The ' Bread and Salt ' is a Slavonic tradition of welcome in Eurasia and Central Europe. In fact, sharing of bread and salt, going by my own experience in various places and societies, is a widely practised tradition to depict and register unity, friendship and oneness. It is a lofty ideal. In India, partaking or sharing of bread and salt is done at important ceremonies like weddings or religious discourses. At the marriage ceremony, the bride and the bride groom and also the parents and families share food which symbolises that their destinies are also shared now as हम नवाला ( shared morsel of food) and at religious places as लंगर ( community kitchen ) to strengthen bonds of brotherhood and fraternity. The social norm of रोटी बेटी का रिश्ता ( bonds of bread and daughter) and also the concept of नमक हलाल ( loyalty ) are still the accepted and recognised social values in Indian traditional society. I have also seen and enjoyed hospitality in the Arab world. The Arab tribal society attaches great importance to sharing of food. The host, sitting on the दस्तरखान ( carpet to eat food) , would pick up the best portion of the food (generally meat) and taste it and then offer to the honoured guest. It is considered one of the most friendly gestures to welcome the guest and make him at ease.

According to the Belarusian tradition, the young girls offer bread and salt to guest and he takes these offerings home. With a view to give an Indian touch to the ceremony, I accept the bread and salt and feed the girls as a gesture of sharing and appreciation. My local hosts tend to understand and appreciate and I feel happy. We have much to share as the citizens of 'one world'.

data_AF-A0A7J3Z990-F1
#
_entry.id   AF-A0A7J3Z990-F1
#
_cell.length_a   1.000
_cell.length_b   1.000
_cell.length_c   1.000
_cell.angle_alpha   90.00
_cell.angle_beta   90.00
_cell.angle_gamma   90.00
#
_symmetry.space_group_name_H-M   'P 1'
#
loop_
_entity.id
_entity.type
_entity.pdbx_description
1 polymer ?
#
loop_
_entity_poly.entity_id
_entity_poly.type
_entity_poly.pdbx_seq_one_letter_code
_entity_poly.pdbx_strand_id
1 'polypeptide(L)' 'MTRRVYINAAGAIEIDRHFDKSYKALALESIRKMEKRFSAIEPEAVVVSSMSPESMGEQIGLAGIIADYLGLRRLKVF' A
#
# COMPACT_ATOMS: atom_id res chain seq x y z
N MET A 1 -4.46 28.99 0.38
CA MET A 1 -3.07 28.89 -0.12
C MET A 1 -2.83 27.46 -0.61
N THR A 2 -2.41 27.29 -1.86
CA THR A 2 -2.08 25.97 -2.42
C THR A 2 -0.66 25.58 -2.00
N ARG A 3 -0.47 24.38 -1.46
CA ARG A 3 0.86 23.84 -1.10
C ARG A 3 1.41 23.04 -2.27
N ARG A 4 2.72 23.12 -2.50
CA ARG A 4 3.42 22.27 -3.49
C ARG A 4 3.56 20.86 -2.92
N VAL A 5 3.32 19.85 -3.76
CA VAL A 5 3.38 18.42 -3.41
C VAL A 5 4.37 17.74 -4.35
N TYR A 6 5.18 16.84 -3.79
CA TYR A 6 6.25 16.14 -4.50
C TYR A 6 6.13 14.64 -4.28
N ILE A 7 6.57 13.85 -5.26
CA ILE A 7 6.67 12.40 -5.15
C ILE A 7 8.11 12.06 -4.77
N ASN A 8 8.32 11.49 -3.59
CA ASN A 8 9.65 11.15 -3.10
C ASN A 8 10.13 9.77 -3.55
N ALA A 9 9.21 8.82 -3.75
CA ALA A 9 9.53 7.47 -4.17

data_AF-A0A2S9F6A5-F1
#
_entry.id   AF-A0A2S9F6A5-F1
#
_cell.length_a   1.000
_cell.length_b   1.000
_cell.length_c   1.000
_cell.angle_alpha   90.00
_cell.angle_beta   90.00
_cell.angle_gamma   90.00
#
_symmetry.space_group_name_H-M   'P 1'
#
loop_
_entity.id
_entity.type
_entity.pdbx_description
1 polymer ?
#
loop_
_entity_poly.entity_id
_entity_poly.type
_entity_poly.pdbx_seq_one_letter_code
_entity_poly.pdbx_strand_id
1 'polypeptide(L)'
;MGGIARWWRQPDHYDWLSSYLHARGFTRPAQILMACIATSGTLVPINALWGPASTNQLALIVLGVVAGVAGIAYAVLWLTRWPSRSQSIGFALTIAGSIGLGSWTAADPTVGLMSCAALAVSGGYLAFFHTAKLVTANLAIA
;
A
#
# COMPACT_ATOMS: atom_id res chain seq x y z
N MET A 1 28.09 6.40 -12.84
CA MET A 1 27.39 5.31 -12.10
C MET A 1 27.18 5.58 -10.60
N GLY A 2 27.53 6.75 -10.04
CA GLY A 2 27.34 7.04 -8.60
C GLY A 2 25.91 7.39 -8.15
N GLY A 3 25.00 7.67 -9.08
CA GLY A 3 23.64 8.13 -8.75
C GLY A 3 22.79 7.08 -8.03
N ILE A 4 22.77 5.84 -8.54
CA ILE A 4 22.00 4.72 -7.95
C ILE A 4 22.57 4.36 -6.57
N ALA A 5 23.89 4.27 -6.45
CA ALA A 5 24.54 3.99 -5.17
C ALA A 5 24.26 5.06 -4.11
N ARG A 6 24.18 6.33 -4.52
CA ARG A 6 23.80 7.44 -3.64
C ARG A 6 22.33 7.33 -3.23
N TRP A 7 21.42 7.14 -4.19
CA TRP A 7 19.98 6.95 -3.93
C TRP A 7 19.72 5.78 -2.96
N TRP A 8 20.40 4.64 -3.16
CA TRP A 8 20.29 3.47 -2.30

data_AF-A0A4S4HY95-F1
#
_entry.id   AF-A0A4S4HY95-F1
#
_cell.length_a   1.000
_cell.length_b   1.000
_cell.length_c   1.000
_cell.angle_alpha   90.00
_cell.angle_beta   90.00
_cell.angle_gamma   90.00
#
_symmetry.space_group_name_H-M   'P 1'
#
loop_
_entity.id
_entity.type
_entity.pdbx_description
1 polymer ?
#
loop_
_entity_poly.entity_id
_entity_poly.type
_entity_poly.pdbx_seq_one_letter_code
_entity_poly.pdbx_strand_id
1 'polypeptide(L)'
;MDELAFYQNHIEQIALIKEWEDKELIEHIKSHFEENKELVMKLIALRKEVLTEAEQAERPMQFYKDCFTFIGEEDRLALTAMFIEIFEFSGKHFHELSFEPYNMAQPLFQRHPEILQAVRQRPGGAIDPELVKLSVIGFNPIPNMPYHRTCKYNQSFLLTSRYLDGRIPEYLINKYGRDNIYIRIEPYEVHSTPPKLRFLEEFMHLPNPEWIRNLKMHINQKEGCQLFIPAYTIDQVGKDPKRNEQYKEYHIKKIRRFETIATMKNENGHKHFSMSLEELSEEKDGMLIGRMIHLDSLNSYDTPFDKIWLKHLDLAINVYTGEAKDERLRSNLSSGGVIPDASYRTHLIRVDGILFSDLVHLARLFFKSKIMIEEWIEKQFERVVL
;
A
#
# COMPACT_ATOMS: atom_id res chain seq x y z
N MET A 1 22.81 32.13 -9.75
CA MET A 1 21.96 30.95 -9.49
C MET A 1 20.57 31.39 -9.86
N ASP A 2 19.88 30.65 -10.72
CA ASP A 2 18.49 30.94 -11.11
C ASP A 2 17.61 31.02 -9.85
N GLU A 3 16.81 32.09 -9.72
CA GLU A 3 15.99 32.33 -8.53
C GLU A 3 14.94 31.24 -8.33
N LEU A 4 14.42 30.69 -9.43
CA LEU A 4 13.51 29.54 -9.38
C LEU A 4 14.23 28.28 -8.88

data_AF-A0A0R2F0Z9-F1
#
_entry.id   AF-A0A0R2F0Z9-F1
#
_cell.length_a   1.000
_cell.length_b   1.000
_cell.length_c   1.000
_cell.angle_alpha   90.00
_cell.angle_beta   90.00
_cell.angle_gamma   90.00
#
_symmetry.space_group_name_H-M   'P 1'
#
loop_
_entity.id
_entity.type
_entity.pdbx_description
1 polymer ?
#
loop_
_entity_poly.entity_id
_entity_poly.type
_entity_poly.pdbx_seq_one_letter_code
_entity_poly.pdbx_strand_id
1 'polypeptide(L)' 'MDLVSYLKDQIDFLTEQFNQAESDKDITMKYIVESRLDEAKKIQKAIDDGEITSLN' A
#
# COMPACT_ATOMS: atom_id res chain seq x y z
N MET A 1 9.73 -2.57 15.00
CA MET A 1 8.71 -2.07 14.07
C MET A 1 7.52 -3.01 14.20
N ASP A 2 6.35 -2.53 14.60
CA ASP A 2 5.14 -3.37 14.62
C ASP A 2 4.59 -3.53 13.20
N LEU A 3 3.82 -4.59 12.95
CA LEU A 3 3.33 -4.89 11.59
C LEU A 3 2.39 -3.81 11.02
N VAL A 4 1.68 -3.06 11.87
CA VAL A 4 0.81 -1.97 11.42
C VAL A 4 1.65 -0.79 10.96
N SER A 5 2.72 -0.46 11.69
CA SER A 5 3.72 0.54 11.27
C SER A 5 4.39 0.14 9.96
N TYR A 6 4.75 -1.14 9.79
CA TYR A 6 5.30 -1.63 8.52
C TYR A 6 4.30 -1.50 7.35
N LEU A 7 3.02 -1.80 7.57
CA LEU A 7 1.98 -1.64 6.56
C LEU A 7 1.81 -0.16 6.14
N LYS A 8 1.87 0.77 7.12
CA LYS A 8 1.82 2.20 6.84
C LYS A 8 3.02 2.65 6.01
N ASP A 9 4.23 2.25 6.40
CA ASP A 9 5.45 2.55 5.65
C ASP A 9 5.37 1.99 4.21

Wednesday, July 7, 2010

Education Loans to Dalit Students of Punjab

I have seen today (July 7) a news item in the Tribune that the Punjab Schedule Caste Land Development and Finance Corporation has given a loan to a dalit young girl Neerja to pursue her higher studies in a University in New Zealand. It is a welcome development. I think vide publicity should be given to these facilities so that more and more dalit students could benefit and get educated under these schemes. It will lead to their emancipation and empowerment a much faster pace. The Corporation raised the limit of the loans from Rs.40,000/- to Rs. 5,00,000/- recently. Under these arrangements, meritorious dalit students pursuing Medical, Engineering, MBA, MCA and Ph.D. programmes in India or abroad are eligible to avail of the loan facilities upto Rs. 5,00,000/- 0n 8% annual rate of interest. I have also recently noted that an other outfit named ' Ambedkarite International Coordination Society ' has also helped financially yet another young dalit girl Pooja Mattu by underwriting expenses of her higher studies. I wish some more institutions both in public and private sector, particularly the banks and educational institutions take cue and join hands in this regard. It would amount to an affirmative action to further integrate and empower the weeker sections of the society.

During my last visit to India in January this year, I had a chance meeting with Shri Pawan Kumar Tinu, Chairman of the Punjab Schedule Caste Land Development and Finance Corporation at the marriage of my niece Mamta in Jalandhar. He mentioned about his efforts to enhance the limit of educational loans. Tinu should be supported and congratulated for the good work he has done. I personally found Tinu a dynamic young and educated political and social leader of the dalit community. I think good people shall be recognised and commended and their work appreciated.